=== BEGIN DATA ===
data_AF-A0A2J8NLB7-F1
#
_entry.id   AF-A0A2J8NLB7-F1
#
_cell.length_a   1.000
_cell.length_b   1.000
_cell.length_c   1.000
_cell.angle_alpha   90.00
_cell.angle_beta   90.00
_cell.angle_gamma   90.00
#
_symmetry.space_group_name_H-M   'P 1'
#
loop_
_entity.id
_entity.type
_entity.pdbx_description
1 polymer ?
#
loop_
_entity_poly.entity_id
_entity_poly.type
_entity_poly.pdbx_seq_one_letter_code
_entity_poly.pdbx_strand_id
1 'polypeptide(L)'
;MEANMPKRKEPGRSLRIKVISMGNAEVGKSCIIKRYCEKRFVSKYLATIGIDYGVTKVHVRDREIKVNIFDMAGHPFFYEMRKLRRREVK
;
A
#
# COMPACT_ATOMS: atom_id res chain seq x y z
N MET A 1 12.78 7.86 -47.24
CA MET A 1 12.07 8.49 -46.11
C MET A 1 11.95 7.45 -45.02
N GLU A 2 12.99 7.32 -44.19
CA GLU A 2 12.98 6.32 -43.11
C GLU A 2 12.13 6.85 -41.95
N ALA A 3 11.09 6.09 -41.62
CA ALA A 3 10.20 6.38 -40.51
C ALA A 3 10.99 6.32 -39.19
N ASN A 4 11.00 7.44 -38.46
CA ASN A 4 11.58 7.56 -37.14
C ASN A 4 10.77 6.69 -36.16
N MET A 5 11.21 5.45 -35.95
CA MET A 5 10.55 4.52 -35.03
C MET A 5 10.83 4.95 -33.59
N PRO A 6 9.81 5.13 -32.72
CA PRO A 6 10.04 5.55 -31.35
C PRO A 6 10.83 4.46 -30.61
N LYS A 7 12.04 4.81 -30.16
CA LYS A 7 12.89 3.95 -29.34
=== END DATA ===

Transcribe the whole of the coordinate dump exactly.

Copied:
data_AF-A0A2J8NLB7-F1
#
_entry.id   AF-A0A2J8NLB7-F1
#
_cell.length_a   1.000
_cell.length_b   1.000
_cell.length_c   1.000
_cell.angle_alpha   90.00
_cell.angle_beta   90.00
_cell.angle_gamma   90.00
#
_symmetry.space_group_name_H-M   'P 1'
#
loop_
_entity.id
_entity.type
_entity.pdbx_description
1 polymer ?
#
loop_
_entity_poly.entity_id
_entity_poly.type
_entity_poly.pdbx_seq_one_letter_code
_entity_poly.pdbx_strand_id
1 'polypeptide(L)'
;MEANMPKRKEPGRSLRIKVISMGNAEVGKSCIIKRYCEKRFVSKYLATIGIDYGVTKVHVRDREIKVNIFDMAGHPFFYEMRKLRRREVK
;
A
#
# COMPACT_ATOMS: atom_id res chain seq x y z
N MET A 1 12.78 7.86 -47.24
CA MET A 1 12.07 8.49 -46.11
C MET A 1 11.95 7.45 -45.02
N GLU A 2 12.99 7.32 -44.19
CA GLU A 2 12.98 6.32 -43.11
C GLU A 2 12.13 6.85 -41.95
N ALA A 3 11.09 6.09 -41.62
CA ALA A 3 10.20 6.38 -40.51
C ALA A 3 10.99 6.32 -39.19
N ASN A 4 11.00 7.44 -38.46
CA ASN A 4 11.58 7.56 -37.14
C ASN A 4 10.77 6.69 -36.16
N MET A 5 11.21 5.45 -35.95
CA MET A 5 10.55 4.52 -35.03
C MET A 5 10.83 4.95 -33.59
N PRO A 6 9.81 5.13 -32.72
CA PRO A 6 10.04 5.55 -31.35
C PRO A 6 10.83 4.46 -30.61
N LYS A 7 12.04 4.81 -30.16
CA LYS A 7 12.89 3.95 -29.34